The contribution of British women to Carboniferous palaeobotany during the first half of the 20th century
Published:January 01, 2007
H. E. Fraser, C. J. Cleal, 2007. "The contribution of British women to Carboniferous palaeobotany during the first half of the 20th century", The Role of Women in the History of Geology, C. V. Burek, B. Higgs
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During the first half of the 20th century, over a third of British palaeobotanists working on Carboniferous plants were women; neither before nor after this period have women played such a prominent role in this field. Few of these women were able to develop significant careers within the subject. They nevertheless produced some of the most innovative work in the field, pioneering work in plant phylogeny, cuticle studies, biostratigraphy, morphological variation, and anatomical thin sectioning. Two factors were critical for allowing this work to develop: the support of a small number of male colleagues, notably F. W. Oliver, W. H. Lang and D. H. Scott; and the existence of colleges that specifically supported women's education, including Newnham College (Cambridge), and Bedford, Royal Holloway, Westfield and University Colleges (London).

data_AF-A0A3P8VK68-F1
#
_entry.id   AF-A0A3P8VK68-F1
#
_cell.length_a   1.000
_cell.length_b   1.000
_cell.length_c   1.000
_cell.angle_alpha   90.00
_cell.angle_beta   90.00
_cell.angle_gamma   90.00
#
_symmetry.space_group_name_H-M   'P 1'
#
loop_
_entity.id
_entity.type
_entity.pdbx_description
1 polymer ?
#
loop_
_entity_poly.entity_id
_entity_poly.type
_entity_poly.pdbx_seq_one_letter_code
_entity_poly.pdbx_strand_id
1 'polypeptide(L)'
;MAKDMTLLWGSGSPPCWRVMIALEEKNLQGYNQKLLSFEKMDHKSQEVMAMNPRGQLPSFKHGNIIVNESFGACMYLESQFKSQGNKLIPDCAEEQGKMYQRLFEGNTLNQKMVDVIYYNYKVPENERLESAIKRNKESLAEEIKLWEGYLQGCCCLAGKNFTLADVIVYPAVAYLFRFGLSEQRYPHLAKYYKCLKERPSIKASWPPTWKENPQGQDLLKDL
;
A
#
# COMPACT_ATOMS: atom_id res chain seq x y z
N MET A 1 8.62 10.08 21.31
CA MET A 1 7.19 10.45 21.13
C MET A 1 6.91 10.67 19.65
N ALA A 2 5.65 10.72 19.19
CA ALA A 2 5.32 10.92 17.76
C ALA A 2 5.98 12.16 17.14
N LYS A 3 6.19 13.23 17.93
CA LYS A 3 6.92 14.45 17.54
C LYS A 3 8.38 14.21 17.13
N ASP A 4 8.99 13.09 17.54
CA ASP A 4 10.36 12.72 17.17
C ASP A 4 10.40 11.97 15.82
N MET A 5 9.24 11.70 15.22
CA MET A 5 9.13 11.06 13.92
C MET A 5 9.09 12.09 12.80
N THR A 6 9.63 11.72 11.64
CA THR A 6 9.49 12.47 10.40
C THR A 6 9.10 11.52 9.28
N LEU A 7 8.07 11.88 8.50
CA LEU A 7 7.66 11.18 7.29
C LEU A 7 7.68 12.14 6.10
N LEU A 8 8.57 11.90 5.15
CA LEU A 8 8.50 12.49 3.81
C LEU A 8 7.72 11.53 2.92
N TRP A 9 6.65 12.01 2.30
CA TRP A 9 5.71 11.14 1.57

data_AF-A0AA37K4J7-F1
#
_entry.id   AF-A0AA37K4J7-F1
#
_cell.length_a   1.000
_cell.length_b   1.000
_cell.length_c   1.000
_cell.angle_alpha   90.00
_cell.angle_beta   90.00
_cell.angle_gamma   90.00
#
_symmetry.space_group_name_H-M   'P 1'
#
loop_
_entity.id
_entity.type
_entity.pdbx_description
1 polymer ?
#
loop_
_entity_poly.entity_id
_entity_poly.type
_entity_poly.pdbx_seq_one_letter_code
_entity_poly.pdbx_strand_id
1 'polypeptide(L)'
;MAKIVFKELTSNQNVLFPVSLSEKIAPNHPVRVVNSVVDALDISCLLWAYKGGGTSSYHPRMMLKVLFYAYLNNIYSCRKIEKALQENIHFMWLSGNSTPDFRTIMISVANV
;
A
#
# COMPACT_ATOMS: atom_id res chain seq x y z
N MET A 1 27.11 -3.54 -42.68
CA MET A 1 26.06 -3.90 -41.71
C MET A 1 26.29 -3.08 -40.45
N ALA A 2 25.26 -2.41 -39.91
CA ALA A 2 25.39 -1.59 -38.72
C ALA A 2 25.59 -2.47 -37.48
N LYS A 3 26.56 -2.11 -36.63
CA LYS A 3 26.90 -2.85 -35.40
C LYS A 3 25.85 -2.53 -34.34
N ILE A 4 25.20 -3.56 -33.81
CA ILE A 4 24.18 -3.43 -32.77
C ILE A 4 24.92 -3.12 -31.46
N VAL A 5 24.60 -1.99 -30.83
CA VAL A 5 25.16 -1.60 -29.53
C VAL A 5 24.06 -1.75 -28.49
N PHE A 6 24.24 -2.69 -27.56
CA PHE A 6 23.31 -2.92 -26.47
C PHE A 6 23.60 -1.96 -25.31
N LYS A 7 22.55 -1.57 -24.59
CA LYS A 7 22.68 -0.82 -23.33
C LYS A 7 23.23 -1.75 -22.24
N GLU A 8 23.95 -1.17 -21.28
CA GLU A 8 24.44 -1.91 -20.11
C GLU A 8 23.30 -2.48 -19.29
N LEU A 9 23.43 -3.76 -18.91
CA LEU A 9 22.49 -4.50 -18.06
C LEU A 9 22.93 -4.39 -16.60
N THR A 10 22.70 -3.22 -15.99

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The Role of Women in the History of Geology
Where were the women in Geology? This book is a first as it unravels the diverse roles women have played in the history and development of geology as a science predominantly in the UK, Ireland and Australia, and selectively in Germany, Russia and US. The volume covers the period from the late eighteenth century to the present day and shows how the roles that women have played changed with time. These included illustrators, museum collectors and curators, educationalists, researchers and geologists. Originally as wives, sisters or mothers many were assistants to their male relatives. This book looks at all these forgotten women and for the first time historians and scientists together explore the contribution they made to this male-dominated subject. There are individual profiles on remarkable women: Catherine Raisin, Dorothea Bate, Cuvier's daughters, Grace Prestwich, Annie Greenly, Nancy Kirk, Margaret Crosfield, Ethel Skeat, Maria Ogivlie Gordon, Marie Stopes, Anne Phillips, Muriel Arber and Etheldred Bennett. Pulling together this extensive research uncovered common issues and generated emergent themes. The Editors have brought this new research together under these themes and tried to answer the question Where were the women in Geology? They go on to discuss how these role models can be applicable to today's society.